Just moments ago in San Antonio we saw WBA "Super" an IBF Super Bantamweight champion Murodjon Akhmadaliev (11-0, 8) [Ахмадалиев, Муроджон Кахарович] retain his titles, and record his third defense, as he defeated American challenger Ronny Rios (33-4, 16) with a 12th round TKO.
The bout started slowly, with both men getting behind their jabs with both lookign to see what the other hand, and ease their own way into the bout. Through the opening stanza there was little to pick them apart, with Akhmadaliev looking the crisper, sharper, faster fighter, but outside of a single left hand he didn't land too much of note. What was interesting through the round was Rios using a lot of feints, that kept Akhmadaliev on his toes.
Rounds 2 and 3 saw the tempo slowly improve as the fight gradually warmed up with Rios cranking up the pressure round by round.
The first real talking point came in round 4, when an uppercut to the body of Rios left him in agony, that had to tough out. He looked really hurt, but somehow stayed on his feet, as Akhmadaliev tried to close the show but failed. The body shot showed that Akhmadaliev had the power to hurt the challenger, but he failed to repeat the feat as Rios showed his toughness and pressed more. That pressure did see him have success, but he was taking more than he was giving as Akhmadaliev proved to be an accurate puncher, especially with his jab, which helped neutralise the pressure of the challenger.
In round 6, whilst controlling the bout, Akhmadaliev suffered an injury to his left hand, which was a shame, as it left him a one-handed fighter. Despite that the skills of Akhmadaliev shined through as he continued to use his jab and movement well, and out boxed Rios, who kept pressing but having limited success. In round 8 it seemed that Rios was becoming aware that the champion was 100% and pressed a lot more, however that left him in range for Akhmadlaiev's right hook which began to land at will, and took a toll on Rios who was forced to back off late in the round.
Rios managed to see out round 8, despite being hurt late in the round, but continued to take punishment from the right hand of Akhamadliev through round 9. In round 10 Rios pressed more intensely, and it was one of his better rounds, but he continued to struggle to consistent leather as Akhmadaliev's footwork and educated right hand limited the challenger's success overall.
Rios had some of his best moments in round 10, but he failed to build on that in round 11 as Akhmadaliev consistently landed his right hand through the 11th round and even had Rios backing up at times.
With Akhmadaliev clearly up, and fighting injured, it seemed like the bout would be going the distance as we headed into the final round. Akhmadaliev however fought like a man with other intentions and came out in round 12 looking for a finish. He dropped Rios with just over a minute left, Rios beat the count but was under immediate pressure when the fight resumed with Akhmadaliev finishing off Rios as the referee stepped in to save the challenger.
Sadly the hand injury will likely keep Akhmadaliev out of the ring for a while, and after that he is likely going to be forced to face mandatory challenger Marlon Tapales before talks of a divisional super fight with Stephen Fulton can be realised. Sadly that makes it seem likely we won't get that massive undisputed title bout until 2023. As for Rios he showed his toughness, but in the end he was very much second best through out the bout.
On Friday night fight fans saw IBF and WBA Super Bantamweight king Murodjon Akhmadaliev (10-0, 7) [Муроджон Ахмадалиев] retain his titles and score his second defense, as he defeated Chilean challenger Jose Velasquez (29-7-2, 19).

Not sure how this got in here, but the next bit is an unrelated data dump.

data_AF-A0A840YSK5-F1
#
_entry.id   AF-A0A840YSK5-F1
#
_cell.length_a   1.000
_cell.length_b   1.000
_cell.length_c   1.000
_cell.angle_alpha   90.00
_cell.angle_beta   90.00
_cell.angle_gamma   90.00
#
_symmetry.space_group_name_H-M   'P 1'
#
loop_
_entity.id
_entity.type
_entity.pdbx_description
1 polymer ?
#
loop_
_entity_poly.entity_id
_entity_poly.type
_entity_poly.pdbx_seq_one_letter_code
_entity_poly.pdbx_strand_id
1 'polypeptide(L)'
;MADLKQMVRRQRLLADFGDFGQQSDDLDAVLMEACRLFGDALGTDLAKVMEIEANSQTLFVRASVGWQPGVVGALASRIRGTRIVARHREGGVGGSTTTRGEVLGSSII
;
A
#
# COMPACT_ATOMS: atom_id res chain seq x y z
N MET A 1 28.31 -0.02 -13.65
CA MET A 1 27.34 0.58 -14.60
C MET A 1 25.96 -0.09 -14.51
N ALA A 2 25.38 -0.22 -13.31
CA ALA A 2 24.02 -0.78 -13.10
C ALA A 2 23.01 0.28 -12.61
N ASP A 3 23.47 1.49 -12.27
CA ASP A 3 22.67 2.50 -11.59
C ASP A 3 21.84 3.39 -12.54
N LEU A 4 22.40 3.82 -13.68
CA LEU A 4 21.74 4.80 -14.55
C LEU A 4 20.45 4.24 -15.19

The bout, which was put together on about a week's notice after Ronnie Rios pulled out with Covid, lacked in terms of fan interest but managed to deliver pretty solid and entertaining action, with Velasquez massively exceeding expectations.
Akhmadaliev got off to a great started, landing hard shots through out the first two rounds almost at will. Velasquez stood up to them however, and showed his desire, landing some shots of his own in rounds 3, with a good right hand that got Akhmadaliev's respect. The challenger also had some notable success in round 7, as he got inside with more consistency and forced the Uzbekistani fighter to fight the challenger's fight.
Whilst under pressure the champion managed to show his dirty side, with some dark arts, and was flirting with a point deduction through out the final stages of the bout. He was however well in the lead, and could have afforded the point loss if he needed to, despite being forced to work for the win. He was landing the better quality shots and in many of the rounds he controlled the tempo, even if Velasquez was the one marching forward.
After 12 rounds there was no doubting the winner, with Akhmadaliev taking the win 119-109 across the board, taking just his second 12 round decision win, and proving he doesn't have stamina, though he did seem happy to fight for the decision rather than follow Joel Diaz's advice of going for a stoppage late on.
Just moments ago in the Humo Arena in Tashkent we saw unified Super Bantamweight champion Murodjon Akhmadaliev (9-0, 7) [Муроджон Ахмадалиев] retain his IBF and WBA "Super" Super Bantamweight titles as he stopped former IBF champion Ryosuke Iwasa (27-4, 17) [岩佐 亮佑].
The defending champion started really well and was coming forward almost from the off. He looked sharp and crisp whilst coming forward, whilst Iwasa looked relaxed, and like a man who was looking to see what the champion had to offer. Through out the round the speed and dynamic offense of Akhmadaliev shone, and he took very little in return, with Iwasa having limited success with his jab and a single good body shot.
Round 2 was another good one from Akhmadaliev, who began to really control the bout with his sharp, accurate and spiteful jab. A jab that really was a massive difference maker. Iwasa again had moments, but they were few and far between with Akhmadaliev really controlling the action overall.